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George Mitchell needs to listen to his own best wisdom of eight years ago

In his first week as president, Barack Obama has selected George Mitchell, the hero of northern Ireland, to take on the Middle East crisis — sort of.

Obama has acted quickly, but not precipitously. On its face, Obama’s quick selection of a Middle East emissary, responsible directly to him, signals a sharp break with the Bush administration’s supposed “hands off” policy on the the Middle East. However, Mitchell’s appointment is not a sharp break; in fact, it reflects lessons learned from the administration not only of Bush but also of Clinton.

The president instructed Mitchell to listen, to collect information, to hear perspectives. That’s not exactly a hands on, headlong plunge into the Middle East thicket. And for good reason, namely, the good reason that the Bush administration did not embrace a highly activist intervention at its own beginning. That good reason was the example of the well intentioned failure of Bill Clinton — his own hands on intervention, which saw him virtually locked up with the PA’s Yasir Arafat and Israel’s Ehud Barak for 11 days in July, 2000, in Camp David — only to have the entire exercise blow up in his face. Not only did Arafat reject Camp David’s promise of a Palestinian state, chock full of Israeli compromises, such as Palestinian control of much of the Old City of Jerusalem, and Israel’s ceding to the Palestinian state the same percentage of Negev land that settlements took up in the West Bank; but Arafat left Camp David burning with desire to launch the second intifada, which he did in September, 2000.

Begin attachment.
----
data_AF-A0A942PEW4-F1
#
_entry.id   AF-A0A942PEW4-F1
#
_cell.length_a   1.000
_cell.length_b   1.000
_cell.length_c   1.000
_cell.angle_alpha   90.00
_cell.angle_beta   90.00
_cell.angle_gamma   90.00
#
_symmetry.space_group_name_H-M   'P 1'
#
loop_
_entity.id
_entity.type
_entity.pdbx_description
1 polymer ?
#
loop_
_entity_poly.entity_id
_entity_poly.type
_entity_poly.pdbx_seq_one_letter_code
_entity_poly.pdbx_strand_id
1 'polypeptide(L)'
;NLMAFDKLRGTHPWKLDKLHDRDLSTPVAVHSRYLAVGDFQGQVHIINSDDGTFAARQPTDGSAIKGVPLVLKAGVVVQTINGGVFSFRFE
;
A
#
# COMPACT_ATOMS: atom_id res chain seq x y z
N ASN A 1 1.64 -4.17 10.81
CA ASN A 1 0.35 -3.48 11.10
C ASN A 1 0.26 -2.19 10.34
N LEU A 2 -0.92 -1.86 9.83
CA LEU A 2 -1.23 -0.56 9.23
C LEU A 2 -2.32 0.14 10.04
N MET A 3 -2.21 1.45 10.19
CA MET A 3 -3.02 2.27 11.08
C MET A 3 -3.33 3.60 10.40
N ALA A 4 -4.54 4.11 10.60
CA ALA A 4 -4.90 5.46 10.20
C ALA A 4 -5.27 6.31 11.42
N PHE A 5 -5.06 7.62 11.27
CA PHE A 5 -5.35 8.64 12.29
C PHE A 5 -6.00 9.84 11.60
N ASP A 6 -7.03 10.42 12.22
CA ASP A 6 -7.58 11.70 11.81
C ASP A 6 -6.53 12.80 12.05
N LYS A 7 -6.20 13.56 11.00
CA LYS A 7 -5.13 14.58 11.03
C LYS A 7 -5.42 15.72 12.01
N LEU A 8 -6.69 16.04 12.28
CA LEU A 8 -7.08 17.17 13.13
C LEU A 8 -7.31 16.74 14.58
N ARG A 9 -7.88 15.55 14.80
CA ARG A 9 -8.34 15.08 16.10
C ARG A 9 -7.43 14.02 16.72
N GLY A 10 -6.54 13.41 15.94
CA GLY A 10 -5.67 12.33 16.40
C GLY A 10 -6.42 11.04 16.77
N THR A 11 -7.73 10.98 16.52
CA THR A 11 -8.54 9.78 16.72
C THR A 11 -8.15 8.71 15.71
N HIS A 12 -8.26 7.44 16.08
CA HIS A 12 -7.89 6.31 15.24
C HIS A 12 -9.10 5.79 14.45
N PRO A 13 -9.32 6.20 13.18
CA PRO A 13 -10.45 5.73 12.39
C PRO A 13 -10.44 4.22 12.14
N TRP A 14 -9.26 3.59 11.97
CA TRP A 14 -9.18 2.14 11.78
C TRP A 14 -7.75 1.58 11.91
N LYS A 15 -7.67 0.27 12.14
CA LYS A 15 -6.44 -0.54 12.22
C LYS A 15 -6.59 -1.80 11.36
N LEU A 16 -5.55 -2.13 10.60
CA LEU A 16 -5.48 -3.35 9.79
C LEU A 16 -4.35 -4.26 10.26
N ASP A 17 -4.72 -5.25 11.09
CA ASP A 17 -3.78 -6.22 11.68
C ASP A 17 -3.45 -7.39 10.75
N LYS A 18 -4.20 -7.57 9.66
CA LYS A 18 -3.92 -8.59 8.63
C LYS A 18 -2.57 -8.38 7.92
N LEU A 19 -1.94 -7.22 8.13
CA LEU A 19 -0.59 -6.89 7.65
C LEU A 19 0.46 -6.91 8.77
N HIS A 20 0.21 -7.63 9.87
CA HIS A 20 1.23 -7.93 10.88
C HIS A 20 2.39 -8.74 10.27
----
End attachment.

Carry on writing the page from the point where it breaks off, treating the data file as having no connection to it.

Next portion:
The Bush administration — as well as all the experts at the time, both Democrat and Republican — observed that too much American intervention only makes the Israeli-Palestinian conflict worse.

President Obama has not forgotten this. Apparently, with his quick appointment of Mitchell, Obama has signaled his intent to take on the Middle East crisis. At the same time, with his cautious instructions to Mitchell — listen, gather information — he has also preserved a certain distance.

Our point here is not to argue the effectiveness of the entire Bush or Clinton record on the Israel-Palestinian issue one way or another, only to observe that every expert’s conventional wisdom at the time of Bush’s inauguration said, “Don’t take Clinton’s approach; take it slow,” and to observe that Obama seems to have  struck a middle ground between Clinton and Bush. Obama is not going slow, as Bush did, and he’s not jumping in hot and heavy, as Clinton did. We don’t anticipate any quick miracle scenarios from George Mitchell. We hope his and President Obama’s prudence pays off.

We do commend to Mitchell that he listen to his own best wisdom from his involvement in the Middle East eight years ago.

Clinton charged Mitchell in October, 2000, with finding a way to end the second Palestinian intifada. Mitchell came up with a complex report, a total plan for bringing peace between Israel and the Palestinians, with demands made of both Israel and the Palestinians. By the time Mitchell finished his plan, Bush was president and Colin Powell was secretary of state. Mitchell wisely built a sequence into his complex report. It said: End the violence. End it first. Then we implement the rest.

Quote from Powell at the time:

“We should end the violence, and none of the confidence-building measures — or all of the confidence-building measures together — are . . . linked to ending the violence. It’s a very clear sequence in my mind.”

Mitchell got it. The Palestinians, alas, true to form, did not miss this opportunity to miss the opportunity. They fulfilled the late Abba Eban’s famous bon mot to the t: they sustained the violence, thus pushing their hopes for independence further and further into the background. They got their pound of flesh, quite literally, killing Israeli civilians in pizza shops, on busses, at cafes and nightclubs and Passover seders. But they did not get their state.